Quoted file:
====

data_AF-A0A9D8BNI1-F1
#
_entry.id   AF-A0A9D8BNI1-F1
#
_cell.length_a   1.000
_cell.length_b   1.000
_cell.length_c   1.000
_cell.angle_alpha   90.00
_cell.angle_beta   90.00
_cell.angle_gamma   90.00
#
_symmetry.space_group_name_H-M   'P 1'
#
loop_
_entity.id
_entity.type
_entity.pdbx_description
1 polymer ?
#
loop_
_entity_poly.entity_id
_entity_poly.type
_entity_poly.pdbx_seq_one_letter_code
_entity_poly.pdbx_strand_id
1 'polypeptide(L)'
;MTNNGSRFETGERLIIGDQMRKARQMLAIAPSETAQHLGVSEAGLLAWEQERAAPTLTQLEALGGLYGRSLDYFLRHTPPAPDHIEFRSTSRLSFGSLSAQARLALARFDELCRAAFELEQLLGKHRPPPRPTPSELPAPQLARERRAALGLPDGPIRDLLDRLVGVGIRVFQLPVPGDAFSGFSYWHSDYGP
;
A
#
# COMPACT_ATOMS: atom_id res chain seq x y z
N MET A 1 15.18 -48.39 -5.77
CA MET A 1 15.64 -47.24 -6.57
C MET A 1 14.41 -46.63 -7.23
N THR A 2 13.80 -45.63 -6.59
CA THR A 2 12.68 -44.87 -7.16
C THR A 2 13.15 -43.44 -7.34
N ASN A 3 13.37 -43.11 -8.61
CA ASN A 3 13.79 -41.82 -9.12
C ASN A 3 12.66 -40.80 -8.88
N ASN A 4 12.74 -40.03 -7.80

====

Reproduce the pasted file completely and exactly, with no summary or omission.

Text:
data_AF-A0A9D8BNI1-F1
#
_entry.id   AF-A0A9D8BNI1-F1
#
_cell.length_a   1.000
_cell.length_b   1.000
_cell.length_c   1.000
_cell.angle_alpha   90.00
_cell.angle_beta   90.00
_cell.angle_gamma   90.00
#
_symmetry.space_group_name_H-M   'P 1'
#
loop_
_entity.id
_entity.type
_entity.pdbx_description
1 polymer ?
#
loop_
_entity_poly.entity_id
_entity_poly.type
_entity_poly.pdbx_seq_one_letter_code
_entity_poly.pdbx_strand_id
1 'polypeptide(L)'
;MTNNGSRFETGERLIIGDQMRKARQMLAIAPSETAQHLGVSEAGLLAWEQERAAPTLTQLEALGGLYGRSLDYFLRHTPPAPDHIEFRSTSRLSFGSLSAQARLALARFDELCRAAFELEQLLGKHRPPPRPTPSELPAPQLARERRAALGLPDGPIRDLLDRLVGVGIRVFQLPVPGDAFSGFSYWHSDYGP
;
A
#
# COMPACT_ATOMS: atom_id res chain seq x y z
N MET A 1 15.18 -48.39 -5.77
CA MET A 1 15.64 -47.24 -6.57
C MET A 1 14.41 -46.63 -7.23
N THR A 2 13.80 -45.63 -6.59
CA THR A 2 12.68 -44.87 -7.16
C THR A 2 13.15 -43.44 -7.34
N ASN A 3 13.37 -43.11 -8.61
CA ASN A 3 13.79 -41.82 -9.12
C ASN A 3 12.66 -40.80 -8.88
N ASN A 4 12.74 -40.03 -7.80